Funded by the Illinois Soybean Association checkoff program.

July 2020

PODCAST: Protecting Soybean Pod Fill

Cody Pettit, CCA Soy Envoy and Pioneer field agronomist, joins the podcast this week to discuss soybean growth stages and how to protect pod fill during crucial time periods. We take a look at soybean growth stages, how to identify which growth stage your plant is in, and common pests and diseases that could negatively impact your soybean pod fill and ultimately yield. Listen to learn more. ILSoyAdvisor Podcasts · Protecting Soybean Pod Fill

By |July 30, 2020|

Understanding Plant Hormones in Soybeans

As agronomists or producers, it’s our responsibility to understand how to properly manage a soybean crop for a given field’s conditions each season. Our goal should be to reduce as much stress to the soybean plant as we can, ultimately creating the right hormone balance. However, there are always situations that cause issues and for this we must continue to learn and develop on-farm trials to better understand how we should react when faced with a soybean agronomic issue. Stress on a soybean plant requires the extra use of stored energy to minimize the impact on the plant. When [...]

By |July 28, 2020|

Dry Conditions and Yield Predictions

We know what happens when soybeans are planted in dry conditions, they simply cannot germinate. That has not been the case this past spring, but now we are looking at some hot weather in the forecast. This year’s planting conditions made for a slow start on soybeans and they are relatively shorter than what we are used too, so how will soybeans respond? Until recently we did not receive a lot of moisture in many parts of Illinois. That, coupled with a tough May, did not allow for much soybean growth. During vegetative growth, soybeans can withstand moisture stress [...]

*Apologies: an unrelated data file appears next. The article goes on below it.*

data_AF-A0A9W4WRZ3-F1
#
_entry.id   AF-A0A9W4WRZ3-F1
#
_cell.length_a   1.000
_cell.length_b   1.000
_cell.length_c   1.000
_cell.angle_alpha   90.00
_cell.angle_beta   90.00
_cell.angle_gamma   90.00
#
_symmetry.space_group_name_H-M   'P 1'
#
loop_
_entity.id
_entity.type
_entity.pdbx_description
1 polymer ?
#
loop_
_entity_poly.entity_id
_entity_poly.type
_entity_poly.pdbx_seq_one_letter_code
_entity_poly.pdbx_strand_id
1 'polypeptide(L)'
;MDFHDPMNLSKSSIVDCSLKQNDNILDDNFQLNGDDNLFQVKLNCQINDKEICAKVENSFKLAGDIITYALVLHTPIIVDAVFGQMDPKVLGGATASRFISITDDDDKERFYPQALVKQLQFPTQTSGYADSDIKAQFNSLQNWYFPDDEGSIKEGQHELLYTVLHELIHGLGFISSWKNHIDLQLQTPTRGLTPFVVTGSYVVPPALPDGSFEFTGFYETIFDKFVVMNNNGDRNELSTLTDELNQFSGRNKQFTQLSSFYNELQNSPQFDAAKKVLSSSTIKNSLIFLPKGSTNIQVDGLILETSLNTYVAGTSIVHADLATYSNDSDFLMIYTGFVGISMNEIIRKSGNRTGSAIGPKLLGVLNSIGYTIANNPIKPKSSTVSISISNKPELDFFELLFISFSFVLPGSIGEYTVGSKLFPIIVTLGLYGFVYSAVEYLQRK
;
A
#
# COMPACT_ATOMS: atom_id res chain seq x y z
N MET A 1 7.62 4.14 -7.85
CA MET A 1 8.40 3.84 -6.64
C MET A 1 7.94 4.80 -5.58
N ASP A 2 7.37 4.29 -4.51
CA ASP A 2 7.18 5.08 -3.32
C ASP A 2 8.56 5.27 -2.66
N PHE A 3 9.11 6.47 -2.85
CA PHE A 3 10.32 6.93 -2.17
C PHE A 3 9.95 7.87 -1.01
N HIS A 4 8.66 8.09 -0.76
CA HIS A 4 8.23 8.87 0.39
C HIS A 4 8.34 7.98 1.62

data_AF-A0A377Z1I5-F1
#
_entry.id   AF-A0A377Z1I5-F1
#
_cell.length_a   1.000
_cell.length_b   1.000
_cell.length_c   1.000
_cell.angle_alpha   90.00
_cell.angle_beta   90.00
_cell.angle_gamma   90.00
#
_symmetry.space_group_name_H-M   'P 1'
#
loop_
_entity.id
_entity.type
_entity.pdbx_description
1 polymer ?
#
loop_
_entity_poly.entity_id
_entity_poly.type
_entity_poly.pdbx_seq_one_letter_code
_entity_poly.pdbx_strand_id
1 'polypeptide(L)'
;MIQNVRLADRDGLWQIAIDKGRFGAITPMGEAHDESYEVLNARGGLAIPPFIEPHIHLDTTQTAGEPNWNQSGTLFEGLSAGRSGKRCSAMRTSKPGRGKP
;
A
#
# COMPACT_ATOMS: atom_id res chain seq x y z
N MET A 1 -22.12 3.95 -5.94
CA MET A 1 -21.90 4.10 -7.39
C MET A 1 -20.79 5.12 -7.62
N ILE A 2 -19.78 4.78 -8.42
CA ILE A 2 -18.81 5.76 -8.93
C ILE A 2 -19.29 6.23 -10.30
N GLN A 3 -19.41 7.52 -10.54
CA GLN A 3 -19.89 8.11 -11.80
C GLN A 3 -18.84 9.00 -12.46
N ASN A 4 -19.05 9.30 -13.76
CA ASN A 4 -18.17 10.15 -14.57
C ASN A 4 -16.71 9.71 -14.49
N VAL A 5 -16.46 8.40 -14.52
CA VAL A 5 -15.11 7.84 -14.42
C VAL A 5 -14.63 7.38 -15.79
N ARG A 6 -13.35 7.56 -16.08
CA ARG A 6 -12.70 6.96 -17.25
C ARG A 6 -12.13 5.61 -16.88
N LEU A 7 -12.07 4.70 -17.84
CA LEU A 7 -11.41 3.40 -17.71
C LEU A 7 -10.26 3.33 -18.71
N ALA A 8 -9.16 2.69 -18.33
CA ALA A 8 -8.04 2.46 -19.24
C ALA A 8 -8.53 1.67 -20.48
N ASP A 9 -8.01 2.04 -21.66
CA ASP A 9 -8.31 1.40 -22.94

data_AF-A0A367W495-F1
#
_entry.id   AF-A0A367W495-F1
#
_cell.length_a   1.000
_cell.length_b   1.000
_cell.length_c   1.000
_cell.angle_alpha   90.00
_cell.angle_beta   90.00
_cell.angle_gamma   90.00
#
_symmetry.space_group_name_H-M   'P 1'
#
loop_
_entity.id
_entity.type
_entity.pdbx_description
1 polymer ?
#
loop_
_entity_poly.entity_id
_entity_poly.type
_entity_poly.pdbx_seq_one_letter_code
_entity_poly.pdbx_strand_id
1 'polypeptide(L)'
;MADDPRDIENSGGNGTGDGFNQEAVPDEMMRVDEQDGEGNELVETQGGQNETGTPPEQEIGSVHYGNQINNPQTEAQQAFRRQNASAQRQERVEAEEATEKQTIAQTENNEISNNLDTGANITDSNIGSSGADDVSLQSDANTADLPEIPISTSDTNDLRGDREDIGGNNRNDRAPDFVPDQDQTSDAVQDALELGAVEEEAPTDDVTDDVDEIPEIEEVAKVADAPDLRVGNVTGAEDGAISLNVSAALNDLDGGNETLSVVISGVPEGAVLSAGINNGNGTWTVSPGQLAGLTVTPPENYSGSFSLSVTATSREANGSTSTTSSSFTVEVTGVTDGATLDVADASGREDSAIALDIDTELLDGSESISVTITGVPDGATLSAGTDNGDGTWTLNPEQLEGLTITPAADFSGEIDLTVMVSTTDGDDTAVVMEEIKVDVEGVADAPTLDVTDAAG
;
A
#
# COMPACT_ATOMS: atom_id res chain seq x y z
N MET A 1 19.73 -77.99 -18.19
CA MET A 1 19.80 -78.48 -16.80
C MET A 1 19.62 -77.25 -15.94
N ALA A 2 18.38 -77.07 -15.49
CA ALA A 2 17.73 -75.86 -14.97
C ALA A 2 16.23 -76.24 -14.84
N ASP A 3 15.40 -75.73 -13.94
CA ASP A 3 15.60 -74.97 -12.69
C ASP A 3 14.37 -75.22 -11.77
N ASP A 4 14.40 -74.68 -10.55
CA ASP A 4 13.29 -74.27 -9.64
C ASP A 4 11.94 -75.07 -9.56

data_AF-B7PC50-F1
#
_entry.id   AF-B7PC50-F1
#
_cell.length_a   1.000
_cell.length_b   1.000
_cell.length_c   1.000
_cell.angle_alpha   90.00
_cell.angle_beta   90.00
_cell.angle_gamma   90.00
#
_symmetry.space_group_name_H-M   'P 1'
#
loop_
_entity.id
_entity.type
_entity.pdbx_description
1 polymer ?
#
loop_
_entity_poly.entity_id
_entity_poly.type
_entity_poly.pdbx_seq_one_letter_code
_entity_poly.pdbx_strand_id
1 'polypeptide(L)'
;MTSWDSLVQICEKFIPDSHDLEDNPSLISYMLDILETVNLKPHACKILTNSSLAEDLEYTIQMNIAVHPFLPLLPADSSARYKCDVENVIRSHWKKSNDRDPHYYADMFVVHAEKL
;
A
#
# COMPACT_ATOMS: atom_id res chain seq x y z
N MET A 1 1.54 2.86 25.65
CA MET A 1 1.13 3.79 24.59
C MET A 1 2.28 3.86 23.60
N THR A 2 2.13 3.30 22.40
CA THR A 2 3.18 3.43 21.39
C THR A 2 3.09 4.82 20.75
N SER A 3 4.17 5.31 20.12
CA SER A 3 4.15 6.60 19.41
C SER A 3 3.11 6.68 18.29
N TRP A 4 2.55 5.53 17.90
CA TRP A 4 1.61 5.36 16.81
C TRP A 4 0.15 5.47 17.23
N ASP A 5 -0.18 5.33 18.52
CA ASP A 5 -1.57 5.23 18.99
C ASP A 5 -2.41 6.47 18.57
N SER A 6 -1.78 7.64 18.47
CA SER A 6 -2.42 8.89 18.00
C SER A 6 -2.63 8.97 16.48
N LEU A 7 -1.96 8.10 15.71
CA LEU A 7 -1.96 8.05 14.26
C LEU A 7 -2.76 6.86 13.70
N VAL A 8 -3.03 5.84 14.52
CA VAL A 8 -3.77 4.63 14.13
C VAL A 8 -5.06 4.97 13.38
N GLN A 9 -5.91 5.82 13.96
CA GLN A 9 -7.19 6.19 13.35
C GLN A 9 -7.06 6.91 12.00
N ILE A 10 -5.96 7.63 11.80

By |July 27, 2020|

Why Does Disease Management Matter?

I’m sure several people have seen ground applicators, planes and helicopters spraying fungicides on corn and soybean fields across Illinois. Usually the next few questions are typically, “I wonder why they are spraying?” “Should I be spraying?” “How much ROI could I get from this investment?” For many years’ fungicides have been promoted in production agriculture incorrectly. They do not increase yield by five, eight or 10 plus bushels per acre. They simply preserve the maximum yield potential that is already determined prior to the application of a fungicide. A fungicide treatment at R3-R4 can only protect a good [...]

By |July 26, 2020|

Conservation of Natural Enemies of Insect Pests

This article was originally published on the Soybean Research & Information Network, a checkoff funded website. Conservation biological control is protecting the natural enemies that are already present. Provide food, water and shelter Providing food, water, and shelter for natural enemies will encourage them to stay in the crop area to feed and reproduce. Many beneficial insects need a source of pollen or nectar Beneficial insects often need an alternate food supply in addition to the pest prey. Many natural enemies, including the adult lacewing and minute pirate bug must have a source of nectar, pollen or honeydew to [...]

By |July 25, 2020|

Evaluating Soybean Plots to Set Yourself Up for Success in 2021